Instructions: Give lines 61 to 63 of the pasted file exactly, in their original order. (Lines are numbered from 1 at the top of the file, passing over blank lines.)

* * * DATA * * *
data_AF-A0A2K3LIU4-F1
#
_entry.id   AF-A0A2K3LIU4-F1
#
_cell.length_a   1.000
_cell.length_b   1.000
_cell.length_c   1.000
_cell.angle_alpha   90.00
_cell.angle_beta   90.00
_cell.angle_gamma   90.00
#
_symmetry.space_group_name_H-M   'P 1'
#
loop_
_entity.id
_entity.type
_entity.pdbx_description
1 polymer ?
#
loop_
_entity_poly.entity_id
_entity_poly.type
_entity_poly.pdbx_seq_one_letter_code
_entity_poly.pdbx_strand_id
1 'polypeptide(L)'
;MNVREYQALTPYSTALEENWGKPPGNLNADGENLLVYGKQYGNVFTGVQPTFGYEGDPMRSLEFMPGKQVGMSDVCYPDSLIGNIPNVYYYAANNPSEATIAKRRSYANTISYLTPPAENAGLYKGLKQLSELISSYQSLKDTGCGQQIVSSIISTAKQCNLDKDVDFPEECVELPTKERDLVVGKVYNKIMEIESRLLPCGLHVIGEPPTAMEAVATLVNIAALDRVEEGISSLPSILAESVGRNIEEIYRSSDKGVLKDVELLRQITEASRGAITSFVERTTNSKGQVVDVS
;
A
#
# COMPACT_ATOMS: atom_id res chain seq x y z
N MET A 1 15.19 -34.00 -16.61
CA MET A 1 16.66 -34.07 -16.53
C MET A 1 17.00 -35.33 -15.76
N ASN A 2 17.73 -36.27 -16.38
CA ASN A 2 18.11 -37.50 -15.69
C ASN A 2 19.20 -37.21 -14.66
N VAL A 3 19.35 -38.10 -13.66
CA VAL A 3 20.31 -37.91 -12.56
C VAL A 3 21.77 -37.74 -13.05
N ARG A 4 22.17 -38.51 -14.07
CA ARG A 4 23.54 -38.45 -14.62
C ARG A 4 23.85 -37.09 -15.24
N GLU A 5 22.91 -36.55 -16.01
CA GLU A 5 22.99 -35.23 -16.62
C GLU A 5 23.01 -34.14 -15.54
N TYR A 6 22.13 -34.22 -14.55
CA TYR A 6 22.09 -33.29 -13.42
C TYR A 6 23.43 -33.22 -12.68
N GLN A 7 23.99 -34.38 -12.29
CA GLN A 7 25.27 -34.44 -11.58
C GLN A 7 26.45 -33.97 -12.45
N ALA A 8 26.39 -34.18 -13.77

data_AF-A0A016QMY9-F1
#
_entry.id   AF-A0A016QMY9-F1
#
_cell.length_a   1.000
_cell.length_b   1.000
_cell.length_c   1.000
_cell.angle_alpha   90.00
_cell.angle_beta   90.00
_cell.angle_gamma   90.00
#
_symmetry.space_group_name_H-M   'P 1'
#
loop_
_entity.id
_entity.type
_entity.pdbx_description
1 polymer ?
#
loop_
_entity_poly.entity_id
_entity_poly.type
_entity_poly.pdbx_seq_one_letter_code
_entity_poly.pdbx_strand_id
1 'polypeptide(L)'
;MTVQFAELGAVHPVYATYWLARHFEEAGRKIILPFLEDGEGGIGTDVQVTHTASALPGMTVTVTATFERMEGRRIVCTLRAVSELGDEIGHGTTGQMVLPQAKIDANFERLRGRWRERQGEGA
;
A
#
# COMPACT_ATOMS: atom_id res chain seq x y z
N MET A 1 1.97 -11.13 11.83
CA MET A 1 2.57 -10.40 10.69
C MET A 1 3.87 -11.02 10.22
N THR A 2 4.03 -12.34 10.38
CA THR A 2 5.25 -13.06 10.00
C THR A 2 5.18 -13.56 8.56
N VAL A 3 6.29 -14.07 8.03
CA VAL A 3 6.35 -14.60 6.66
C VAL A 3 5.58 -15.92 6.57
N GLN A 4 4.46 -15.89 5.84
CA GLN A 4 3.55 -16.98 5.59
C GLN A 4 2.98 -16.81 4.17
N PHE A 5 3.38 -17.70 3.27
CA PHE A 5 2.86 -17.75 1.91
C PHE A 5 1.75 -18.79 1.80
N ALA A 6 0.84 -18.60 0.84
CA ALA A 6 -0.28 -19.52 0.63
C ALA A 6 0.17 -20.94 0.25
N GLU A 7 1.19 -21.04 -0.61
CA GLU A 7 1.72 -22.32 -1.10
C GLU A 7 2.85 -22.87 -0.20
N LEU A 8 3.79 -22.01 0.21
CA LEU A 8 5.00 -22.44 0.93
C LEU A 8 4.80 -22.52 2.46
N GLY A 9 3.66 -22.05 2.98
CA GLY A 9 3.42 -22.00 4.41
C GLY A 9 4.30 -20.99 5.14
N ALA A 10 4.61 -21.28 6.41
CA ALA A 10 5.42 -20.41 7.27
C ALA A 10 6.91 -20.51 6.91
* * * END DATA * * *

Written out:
_cell.angle_beta   90.00
_cell.angle_gamma   90.00
#